The COVID19 pandemic has taken our country by storm. While the most vulnerable people are those with morbidities and the elderly, the virus can be particularly troubling for those with Asthma.
Symptoms of COVID19 may be more severe and may lead to poor outcomes if people with Asthma get infected.
It is important to know that currently there is no evidence of increased infection rates in those with Asthma.
However, people with Asthma need to be especially diligent in protecting themselves from the virus through measures such as handwashing, double masking, and staying away from those who are sick.
Caring for Asthmatics During the Pandemic
Firstly, people with Asthma need to continue taking their prescribed medications to prevent exacerbations of their Asthma.
Secondly, it is vital for patients with Asthma to reduce airway inflammation and minimize the risk of exacerbations as much as possible.
Thirdly, recognize different Asthma triggers and stay alert when the symptoms are getting worse. This can help patients identify when to call the doctor if they’re getting sick.
Asthmatics need to follow their physician-prescribed ‘Asthma action plan,’ or ask for a plan from their doctor if they don’t have one.
What to Do to Stay Protected?
Wear a mask.
With the second wave raging upon us with full force, wearing a mask is the most effective way to protect ourselves.
It is especially important to wear a mask if:
- You are coughing or have other respiratory symptoms
- You have been exposed to someone who may have COVID-19
- You have a family member who is sick
The new guideline for wearing a mask suggests that people should use a surgical double mask or an N-95 mask.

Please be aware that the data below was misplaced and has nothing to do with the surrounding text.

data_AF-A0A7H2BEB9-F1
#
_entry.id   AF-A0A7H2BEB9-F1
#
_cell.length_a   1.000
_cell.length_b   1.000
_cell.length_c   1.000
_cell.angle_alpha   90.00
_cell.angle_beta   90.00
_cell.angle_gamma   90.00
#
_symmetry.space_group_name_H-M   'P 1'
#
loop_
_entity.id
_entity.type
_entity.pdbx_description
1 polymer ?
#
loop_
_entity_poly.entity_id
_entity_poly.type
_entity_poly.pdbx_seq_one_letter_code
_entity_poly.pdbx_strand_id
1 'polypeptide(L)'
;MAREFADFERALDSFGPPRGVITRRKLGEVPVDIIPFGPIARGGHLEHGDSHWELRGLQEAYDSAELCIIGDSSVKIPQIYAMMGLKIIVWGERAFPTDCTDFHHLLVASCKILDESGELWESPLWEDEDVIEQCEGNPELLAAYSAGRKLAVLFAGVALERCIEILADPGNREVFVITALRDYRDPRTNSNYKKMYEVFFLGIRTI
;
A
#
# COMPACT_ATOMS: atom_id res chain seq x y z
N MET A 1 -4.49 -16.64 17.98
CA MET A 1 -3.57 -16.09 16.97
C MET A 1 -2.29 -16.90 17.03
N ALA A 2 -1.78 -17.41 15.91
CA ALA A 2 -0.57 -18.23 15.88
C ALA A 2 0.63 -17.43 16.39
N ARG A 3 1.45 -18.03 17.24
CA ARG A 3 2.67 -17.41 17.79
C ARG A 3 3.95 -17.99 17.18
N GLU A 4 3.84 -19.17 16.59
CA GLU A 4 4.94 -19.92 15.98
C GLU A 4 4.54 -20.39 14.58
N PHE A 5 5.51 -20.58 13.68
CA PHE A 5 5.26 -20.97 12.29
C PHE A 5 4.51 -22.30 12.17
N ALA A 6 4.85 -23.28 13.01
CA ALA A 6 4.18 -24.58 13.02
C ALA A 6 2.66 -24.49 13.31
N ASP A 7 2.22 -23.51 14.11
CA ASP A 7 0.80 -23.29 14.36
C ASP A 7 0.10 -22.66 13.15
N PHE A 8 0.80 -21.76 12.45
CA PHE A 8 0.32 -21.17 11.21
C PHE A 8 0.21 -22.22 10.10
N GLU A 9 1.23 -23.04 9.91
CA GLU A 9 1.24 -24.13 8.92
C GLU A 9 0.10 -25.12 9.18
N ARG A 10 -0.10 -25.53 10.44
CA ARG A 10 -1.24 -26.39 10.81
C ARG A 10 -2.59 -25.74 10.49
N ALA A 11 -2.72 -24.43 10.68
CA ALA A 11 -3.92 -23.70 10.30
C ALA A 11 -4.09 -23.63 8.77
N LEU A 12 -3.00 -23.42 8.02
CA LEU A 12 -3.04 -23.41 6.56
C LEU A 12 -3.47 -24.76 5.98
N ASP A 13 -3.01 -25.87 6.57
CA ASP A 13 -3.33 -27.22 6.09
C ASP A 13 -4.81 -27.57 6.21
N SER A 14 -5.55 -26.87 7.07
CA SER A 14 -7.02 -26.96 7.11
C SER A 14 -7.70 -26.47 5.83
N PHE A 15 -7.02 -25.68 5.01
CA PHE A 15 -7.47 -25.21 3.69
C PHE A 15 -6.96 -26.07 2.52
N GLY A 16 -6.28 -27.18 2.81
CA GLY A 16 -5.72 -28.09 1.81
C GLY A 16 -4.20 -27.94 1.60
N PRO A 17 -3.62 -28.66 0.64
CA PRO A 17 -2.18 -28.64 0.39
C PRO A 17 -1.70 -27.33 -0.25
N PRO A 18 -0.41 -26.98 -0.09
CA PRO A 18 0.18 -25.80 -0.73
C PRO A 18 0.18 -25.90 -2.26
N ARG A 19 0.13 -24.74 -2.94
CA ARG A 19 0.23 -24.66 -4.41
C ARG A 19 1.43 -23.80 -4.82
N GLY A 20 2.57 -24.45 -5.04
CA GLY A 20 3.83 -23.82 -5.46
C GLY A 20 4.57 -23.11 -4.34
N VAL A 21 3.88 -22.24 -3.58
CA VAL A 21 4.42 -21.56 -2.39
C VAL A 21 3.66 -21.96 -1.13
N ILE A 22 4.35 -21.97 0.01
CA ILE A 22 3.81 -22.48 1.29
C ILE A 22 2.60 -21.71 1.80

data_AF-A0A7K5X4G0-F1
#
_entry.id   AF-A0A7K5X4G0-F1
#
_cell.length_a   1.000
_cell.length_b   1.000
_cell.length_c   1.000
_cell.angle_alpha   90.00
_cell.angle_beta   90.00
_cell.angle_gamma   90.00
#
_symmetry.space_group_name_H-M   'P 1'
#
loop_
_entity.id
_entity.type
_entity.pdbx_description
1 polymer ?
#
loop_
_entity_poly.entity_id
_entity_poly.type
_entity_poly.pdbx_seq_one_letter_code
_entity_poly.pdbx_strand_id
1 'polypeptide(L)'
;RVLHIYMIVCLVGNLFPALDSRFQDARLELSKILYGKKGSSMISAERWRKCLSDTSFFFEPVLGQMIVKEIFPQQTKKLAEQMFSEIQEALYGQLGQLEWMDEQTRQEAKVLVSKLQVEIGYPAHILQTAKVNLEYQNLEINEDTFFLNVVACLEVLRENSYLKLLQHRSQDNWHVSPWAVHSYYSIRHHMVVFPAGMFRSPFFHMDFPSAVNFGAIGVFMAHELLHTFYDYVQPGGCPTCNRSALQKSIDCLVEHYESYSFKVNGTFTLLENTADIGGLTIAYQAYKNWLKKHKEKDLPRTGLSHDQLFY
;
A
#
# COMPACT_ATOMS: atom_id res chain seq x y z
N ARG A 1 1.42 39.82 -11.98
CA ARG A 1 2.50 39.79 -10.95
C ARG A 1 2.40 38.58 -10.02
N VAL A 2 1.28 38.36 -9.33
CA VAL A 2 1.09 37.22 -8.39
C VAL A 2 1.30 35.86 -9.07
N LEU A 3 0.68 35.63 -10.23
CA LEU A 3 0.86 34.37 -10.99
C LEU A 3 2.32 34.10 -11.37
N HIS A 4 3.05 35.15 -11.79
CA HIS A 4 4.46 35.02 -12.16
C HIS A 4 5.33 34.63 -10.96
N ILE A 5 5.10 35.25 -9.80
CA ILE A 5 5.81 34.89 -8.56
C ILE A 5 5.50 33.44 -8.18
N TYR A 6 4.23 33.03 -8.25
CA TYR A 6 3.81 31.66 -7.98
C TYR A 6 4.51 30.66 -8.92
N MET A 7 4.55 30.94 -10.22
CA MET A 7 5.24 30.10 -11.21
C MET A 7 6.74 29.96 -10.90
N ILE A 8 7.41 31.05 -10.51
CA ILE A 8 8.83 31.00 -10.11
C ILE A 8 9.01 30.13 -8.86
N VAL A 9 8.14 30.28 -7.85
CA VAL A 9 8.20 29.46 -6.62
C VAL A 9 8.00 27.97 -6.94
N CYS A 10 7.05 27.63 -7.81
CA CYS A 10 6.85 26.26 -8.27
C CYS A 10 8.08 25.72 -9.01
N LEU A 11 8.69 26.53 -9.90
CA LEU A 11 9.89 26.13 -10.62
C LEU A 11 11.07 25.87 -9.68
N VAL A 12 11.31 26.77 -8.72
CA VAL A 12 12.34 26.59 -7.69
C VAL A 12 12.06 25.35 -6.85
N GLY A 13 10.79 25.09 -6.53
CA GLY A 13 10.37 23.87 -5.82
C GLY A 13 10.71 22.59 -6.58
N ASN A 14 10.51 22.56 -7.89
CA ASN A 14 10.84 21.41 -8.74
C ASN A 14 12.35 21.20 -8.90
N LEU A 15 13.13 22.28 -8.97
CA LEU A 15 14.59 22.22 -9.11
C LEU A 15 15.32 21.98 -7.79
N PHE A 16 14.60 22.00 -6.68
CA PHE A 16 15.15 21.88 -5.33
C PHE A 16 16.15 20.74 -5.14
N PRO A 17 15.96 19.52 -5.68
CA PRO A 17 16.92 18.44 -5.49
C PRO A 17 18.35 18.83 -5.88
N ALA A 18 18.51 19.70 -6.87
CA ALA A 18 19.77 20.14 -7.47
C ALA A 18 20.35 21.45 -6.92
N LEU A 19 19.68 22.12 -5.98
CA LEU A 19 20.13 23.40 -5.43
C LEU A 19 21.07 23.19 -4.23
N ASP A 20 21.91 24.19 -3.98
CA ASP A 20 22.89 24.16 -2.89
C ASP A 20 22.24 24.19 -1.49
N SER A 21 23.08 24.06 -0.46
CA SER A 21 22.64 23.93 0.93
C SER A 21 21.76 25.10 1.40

Dispose off the surgical mask after use. If you use an N-95 mask, then it is important to use it in an appropriate manner, and make sure it is properly fitted.
Be extremely careful with nebulizers.
Nebulizers are said to be very effective for treating Asthma symptoms, but it aerosolizes droplets from the airways, which are then spread into the air.
This allows viruses or other microbes to be transmitted by the nebulizer.
In this way, the risk of infection spread by droplets is increased as the nebulizer may send droplets further than they would naturally go through breathing.
When a person with Asthma uses a nebulizer, no one else should be in the room during the treatment or for a few hours afterward. If others need to be in the room, it is best for them to wear a mask and gloves.
Can COVID Leave People With Asthma?
There is no evidence that COVID-19 leads to the development of Asthma in people.
However, many patients having a long-term impact of COVID may experience respiratory problems for a few months even after recovery.
Can Asthma Inhalers Prove to Be Beneficial?
Scientists and medical professionals are looking for different ways and means to contain the situation.
There are some studies that suggest medical inhalers used by asthmatic patients can reduce the replication of SARS-CoV-2 in Lung cells and limit the risk of hospitalization in COVID patients.
According to the study conducted by the University of Oxford, a common drug used to treat Asthma can help fasten the process of recovery in COVID19 patients.
Another study published in The Lancet journal found that inhaled Glucocorticoids can reduce the risk of severe COVID and hospitalization.
However, a clinical trial is underway, and we need to wait until conclusive data is evidenced.
How Can I Differentiate Between COVID, Asthma, or Seasonal Allergies?
Well, some symptoms are similar between these respiratory illnesses. However, COVID has some typical symptoms including:
- Shortness of breath or trouble breathing
- Feeling tired and weak
- Muscle or body aches
- New loss of taste or smell
- Sore throat
- Stuffy or runny nose
- Diarrhea, nausea, or vomiting
- Painful blue or Purple lesions (such as a sore or bruise on toes also called as COVID toes)
- Hives or rashes
It is important to note that respiratory illnesses may worsen Asthma, so continue taking your Asthma control medicines.
If you have a fever and a cough or notice increased use of your inhaler medications, call your doctor.
(Dr Anshu Punjabi is a Consultant-Pulmonologist & Sleep Medicine Expert at Fortis Hospital, Mulund)